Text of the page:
Barbados’ Tourism and Hospitality Industry: What to Expect in 2012

At a time when so many in our society are debating the pros and cons of the future of the Barbadian economy, one constant that we can have some confidence in, is the fact that the tourism and hospitality industry will continue in the short to medium term, to be the mainstay of our economic […]

By Wayne Capaldi

January 11, 2012

At a time when so many in our society are debating the pros and cons of the future of the Barbadian economy, one constant that we can have some confidence in, is the fact that the tourism and hospitality industry will continue in the short to medium term, to be the mainstay of our economic existence. Given this powerful reality, it behooves all of us to get the “workings” of the industry right. Our very survival may just depend on it.

From all academic analysis and indications, it has been proven that we have indeed done some things in the industry relatively well. This has been demonstrated over the years by the level of our tourist arrivals, our earnings from the sector and the nature and quality of the product mix that has emerged in the industry. However, it is now becoming increasingly clear that if our tourism and hospitality industry is to take us into the next two decades as our main economic earning source, then we must prepare for the future in a significantly different manner than we have in the past.

Our tourism and hospitality industry literally needs a new identity. We simply can’t do things as usual. “Things unusual” must be the buzz phrase for an industry that not only needs a new direction, but that demands the same if it is to achieve its true potential, provide continued prosperity for our people and even more so at a time when we are faced with probably the most challenging economic times that we have experienced as a nation state.

2012, on the surface, is expected to be a very difficult earning period for the sector and by extension for the entire country. Long stay arrivals are expected to remain at near 2011 levels (approximately 6% over 2010) which is still some eight percent below what was recorded in 2007. On the other hand earnings, in a pattern of decline that has now existed for the past three years and is now unfortunately becoming the new normal, are projected to remain stagnant. According to the Central Bank of Barbados tourism receipts fell by approximately 13% for January to March 2011 compared to the same period for 2010 while arrivals grew by approximately 5.8%.

Cruise tourism may be hardest hit in the arrival mix. Arrivals are expected to fall from approximately 650,000 plus on average for the past two years to some 450,000 in 2012. Ship calls and berths will fall by as much as 30% as most of our traditional cruise partners are repositioning vessels to Asia and Australasia.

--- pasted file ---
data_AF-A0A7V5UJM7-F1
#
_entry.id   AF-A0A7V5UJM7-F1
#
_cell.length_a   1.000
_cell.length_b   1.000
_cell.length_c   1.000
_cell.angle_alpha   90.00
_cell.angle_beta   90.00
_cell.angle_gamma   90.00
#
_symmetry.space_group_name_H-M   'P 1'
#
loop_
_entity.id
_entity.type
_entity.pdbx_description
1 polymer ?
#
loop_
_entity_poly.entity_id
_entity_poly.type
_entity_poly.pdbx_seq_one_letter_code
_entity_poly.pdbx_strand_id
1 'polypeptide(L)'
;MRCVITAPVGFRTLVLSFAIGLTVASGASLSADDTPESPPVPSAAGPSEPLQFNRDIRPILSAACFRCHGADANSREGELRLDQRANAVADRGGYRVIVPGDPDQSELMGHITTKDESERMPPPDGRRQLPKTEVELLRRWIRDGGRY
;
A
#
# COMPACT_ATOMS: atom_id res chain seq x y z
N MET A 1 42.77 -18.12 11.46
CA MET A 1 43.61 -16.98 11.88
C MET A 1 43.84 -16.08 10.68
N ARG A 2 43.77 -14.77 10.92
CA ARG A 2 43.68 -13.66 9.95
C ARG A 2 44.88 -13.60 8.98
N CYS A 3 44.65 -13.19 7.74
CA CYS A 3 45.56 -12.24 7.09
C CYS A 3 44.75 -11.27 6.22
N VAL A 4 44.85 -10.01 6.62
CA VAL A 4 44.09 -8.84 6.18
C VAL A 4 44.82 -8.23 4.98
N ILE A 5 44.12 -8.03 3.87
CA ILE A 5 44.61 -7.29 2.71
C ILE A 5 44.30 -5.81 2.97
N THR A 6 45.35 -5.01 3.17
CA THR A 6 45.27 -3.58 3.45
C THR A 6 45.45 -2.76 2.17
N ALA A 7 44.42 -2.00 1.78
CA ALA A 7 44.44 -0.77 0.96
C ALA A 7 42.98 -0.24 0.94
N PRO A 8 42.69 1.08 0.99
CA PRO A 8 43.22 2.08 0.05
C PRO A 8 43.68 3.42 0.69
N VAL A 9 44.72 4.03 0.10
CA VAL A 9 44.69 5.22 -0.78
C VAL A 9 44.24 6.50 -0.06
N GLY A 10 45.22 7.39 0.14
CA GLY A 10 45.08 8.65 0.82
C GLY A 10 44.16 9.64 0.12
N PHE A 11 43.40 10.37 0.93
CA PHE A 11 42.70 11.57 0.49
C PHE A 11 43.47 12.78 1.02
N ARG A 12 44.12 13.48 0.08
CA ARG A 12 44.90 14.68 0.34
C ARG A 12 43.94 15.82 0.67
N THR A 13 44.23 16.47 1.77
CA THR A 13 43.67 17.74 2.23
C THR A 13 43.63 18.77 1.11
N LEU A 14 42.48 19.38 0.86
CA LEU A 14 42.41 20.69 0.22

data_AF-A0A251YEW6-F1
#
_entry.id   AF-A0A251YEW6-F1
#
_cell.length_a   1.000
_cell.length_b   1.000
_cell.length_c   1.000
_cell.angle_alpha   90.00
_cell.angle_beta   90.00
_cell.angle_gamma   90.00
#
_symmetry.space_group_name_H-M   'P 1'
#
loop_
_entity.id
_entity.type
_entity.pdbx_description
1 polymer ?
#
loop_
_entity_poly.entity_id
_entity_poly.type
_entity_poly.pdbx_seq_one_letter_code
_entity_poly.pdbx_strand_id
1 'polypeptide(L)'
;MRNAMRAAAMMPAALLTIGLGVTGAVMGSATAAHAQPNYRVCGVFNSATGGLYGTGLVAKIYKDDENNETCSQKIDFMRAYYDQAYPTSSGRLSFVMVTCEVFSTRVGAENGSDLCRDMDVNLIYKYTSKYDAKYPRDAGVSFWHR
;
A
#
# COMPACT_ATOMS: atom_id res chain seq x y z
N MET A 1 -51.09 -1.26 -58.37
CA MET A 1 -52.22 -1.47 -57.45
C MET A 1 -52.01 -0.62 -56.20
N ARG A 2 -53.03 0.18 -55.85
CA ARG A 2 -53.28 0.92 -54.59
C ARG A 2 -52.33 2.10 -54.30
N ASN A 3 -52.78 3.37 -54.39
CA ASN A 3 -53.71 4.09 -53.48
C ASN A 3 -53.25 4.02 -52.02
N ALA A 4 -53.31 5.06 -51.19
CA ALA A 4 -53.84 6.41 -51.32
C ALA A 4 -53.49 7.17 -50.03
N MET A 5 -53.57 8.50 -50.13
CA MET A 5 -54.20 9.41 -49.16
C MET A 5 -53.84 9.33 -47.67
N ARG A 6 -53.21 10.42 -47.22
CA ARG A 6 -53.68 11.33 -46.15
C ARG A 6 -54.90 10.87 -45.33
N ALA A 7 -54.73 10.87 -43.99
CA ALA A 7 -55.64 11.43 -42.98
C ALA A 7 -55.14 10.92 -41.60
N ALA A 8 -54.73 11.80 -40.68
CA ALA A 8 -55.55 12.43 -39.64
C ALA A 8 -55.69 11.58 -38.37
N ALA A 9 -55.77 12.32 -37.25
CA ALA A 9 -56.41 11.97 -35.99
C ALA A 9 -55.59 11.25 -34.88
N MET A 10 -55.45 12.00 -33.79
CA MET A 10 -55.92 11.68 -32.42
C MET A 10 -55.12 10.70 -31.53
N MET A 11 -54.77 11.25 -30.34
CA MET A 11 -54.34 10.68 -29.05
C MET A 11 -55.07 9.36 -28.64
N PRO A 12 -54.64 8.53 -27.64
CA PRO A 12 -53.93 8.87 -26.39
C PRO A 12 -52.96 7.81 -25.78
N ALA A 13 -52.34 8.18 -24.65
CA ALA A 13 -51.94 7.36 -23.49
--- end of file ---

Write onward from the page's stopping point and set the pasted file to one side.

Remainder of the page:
Barbados’ home-porting business, which has become an essential and major feature of this key component of our cruise tourism business, will face severe challenges as those partners who have worked with us to build up this segment, are now also moving to the east of the globe, preferably for more affordable inputs to their operations. Moreover, their customers have signaled that they are seeking new experiences, new destinations and commercial bargains that are not readily available in Caribbean destinations, given our economic make up.

Unfortunately, many of the product development projects that were so often spoken about in the past three to four years by both government and potential developers, have largely not materialized and therefore that much needed impetus that comes from such developments has not occurred. The much-touted “Four Seasons” project, “Beachlands”, accommodation expansion at “Apes Hill”, “Sugar Hill” and “Sandy Lane”, have all been stalled while new developments at sites like “Merricks” and “North Point” have not commenced. What is even more striking in this regard is that Barbados has not developed a new visitor attraction in about five years.

These realities simply demonstrate the crucial difficulties that we will face as we seek to expand and to grow this vital sector in 2012 and beyond. That critical product mass that is necessary for the industry’s growth is simply not there.

The stark reality is that the actions and value propositions that constitute the Barbados brand have obviously lost much of their strength and worth. Barbados as a tourism and hospitality destination leader in the region has ostensibly lost its competitive edge. We no longer “wow” our visitors, we don’t offer true value for money and our physical products and support structures are mostly rundown and becoming unsightly. This is a state that is not appealing to either locals or visitors.